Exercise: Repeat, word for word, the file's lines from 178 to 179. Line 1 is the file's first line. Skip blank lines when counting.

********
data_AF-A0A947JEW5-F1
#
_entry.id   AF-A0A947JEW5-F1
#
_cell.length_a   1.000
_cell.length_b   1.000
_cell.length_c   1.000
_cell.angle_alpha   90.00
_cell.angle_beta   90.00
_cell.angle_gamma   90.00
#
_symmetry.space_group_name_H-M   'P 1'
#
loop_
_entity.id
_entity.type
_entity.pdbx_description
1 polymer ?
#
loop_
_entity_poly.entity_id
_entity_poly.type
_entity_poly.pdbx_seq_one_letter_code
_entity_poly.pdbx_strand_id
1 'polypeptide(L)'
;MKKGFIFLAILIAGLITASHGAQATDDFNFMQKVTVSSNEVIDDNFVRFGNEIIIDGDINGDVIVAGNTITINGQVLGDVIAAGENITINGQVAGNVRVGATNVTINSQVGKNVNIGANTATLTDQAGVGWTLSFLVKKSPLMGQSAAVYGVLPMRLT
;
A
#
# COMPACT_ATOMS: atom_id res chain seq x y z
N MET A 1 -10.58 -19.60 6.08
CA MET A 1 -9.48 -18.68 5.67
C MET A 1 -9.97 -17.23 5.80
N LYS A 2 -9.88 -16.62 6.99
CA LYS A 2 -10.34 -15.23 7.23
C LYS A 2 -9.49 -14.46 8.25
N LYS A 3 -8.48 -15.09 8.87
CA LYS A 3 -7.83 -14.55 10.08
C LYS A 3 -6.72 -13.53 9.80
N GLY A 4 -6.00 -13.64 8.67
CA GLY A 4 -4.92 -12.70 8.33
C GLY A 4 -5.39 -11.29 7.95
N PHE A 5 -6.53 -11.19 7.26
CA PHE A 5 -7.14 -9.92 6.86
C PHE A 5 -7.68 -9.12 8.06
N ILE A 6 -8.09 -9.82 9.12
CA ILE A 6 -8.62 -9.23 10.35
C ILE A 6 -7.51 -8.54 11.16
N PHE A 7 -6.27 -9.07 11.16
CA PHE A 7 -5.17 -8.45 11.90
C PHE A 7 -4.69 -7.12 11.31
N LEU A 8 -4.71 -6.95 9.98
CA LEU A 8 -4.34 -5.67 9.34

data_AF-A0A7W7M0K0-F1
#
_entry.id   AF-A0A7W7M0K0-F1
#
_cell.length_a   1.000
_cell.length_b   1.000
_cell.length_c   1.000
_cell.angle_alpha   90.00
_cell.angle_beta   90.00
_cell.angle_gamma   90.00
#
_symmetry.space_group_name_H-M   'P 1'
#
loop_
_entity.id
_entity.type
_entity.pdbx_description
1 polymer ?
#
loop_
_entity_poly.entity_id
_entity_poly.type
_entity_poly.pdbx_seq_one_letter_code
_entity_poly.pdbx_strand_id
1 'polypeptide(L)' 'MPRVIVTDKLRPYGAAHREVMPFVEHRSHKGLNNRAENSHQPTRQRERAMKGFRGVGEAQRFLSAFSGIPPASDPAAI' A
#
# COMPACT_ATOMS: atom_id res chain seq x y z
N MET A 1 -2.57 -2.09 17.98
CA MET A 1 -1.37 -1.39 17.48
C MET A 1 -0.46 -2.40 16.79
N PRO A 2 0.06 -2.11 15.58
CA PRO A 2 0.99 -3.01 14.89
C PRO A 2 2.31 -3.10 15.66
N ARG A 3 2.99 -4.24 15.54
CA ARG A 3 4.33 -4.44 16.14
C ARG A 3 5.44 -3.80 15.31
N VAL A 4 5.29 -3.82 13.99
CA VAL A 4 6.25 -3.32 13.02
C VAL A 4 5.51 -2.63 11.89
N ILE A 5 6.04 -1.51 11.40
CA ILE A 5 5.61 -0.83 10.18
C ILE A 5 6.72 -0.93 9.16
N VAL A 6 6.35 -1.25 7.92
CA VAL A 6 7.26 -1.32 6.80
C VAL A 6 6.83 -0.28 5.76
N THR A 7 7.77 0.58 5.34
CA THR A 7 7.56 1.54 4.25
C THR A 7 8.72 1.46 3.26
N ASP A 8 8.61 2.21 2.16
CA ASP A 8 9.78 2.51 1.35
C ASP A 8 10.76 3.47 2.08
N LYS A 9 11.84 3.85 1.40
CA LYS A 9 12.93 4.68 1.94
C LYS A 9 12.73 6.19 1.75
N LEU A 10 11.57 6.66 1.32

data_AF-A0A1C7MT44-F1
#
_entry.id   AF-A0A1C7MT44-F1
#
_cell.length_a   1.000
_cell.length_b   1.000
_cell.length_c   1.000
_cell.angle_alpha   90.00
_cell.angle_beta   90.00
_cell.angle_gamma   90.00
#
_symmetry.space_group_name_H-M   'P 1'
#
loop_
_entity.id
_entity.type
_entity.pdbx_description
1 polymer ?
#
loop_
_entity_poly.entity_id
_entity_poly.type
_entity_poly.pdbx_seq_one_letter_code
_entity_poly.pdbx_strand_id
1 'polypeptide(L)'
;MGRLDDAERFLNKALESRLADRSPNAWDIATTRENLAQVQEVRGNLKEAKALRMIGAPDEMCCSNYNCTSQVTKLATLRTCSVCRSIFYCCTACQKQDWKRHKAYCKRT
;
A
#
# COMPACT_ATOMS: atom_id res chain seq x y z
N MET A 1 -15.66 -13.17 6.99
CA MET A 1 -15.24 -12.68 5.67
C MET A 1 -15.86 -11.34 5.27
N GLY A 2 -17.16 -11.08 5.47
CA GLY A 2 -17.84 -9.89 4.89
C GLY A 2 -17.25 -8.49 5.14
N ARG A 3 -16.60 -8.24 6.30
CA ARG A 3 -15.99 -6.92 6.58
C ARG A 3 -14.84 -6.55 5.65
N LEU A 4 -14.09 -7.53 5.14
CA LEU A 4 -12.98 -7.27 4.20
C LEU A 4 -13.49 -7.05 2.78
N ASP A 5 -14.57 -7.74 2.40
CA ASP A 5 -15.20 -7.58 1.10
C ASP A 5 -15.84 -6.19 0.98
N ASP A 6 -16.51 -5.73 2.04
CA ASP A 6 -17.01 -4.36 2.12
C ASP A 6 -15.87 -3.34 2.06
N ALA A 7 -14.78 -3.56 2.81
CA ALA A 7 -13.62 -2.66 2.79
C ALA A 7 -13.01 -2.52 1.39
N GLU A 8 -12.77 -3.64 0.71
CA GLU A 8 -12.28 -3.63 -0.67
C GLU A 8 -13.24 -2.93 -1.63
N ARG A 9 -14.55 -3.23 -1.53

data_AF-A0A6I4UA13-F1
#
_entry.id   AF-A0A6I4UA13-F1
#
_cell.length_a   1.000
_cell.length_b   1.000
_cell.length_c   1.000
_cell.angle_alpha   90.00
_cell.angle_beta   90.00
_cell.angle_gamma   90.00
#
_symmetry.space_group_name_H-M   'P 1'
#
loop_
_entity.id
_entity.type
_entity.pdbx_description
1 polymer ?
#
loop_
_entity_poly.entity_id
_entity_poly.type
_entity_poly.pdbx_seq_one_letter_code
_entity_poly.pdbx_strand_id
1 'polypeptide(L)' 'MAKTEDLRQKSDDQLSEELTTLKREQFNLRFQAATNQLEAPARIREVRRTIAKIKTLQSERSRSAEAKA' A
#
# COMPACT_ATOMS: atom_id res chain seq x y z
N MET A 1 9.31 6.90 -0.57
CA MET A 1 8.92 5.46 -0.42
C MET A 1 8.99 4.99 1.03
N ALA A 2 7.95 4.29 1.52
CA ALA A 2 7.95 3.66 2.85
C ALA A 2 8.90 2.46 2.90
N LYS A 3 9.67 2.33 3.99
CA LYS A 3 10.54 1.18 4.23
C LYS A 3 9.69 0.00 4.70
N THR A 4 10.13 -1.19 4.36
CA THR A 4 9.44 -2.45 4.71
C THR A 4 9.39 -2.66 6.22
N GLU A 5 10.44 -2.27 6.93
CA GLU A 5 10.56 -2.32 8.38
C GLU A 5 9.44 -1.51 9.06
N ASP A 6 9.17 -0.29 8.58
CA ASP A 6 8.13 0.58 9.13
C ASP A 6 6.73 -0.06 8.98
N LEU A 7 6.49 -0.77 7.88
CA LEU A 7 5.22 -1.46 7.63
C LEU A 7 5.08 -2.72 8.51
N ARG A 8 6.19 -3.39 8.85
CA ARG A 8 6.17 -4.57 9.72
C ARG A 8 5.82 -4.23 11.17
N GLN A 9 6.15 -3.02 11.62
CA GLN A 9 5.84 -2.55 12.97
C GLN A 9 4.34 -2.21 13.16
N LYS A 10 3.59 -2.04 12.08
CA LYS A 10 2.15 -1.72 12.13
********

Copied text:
_entity.id
_entity.type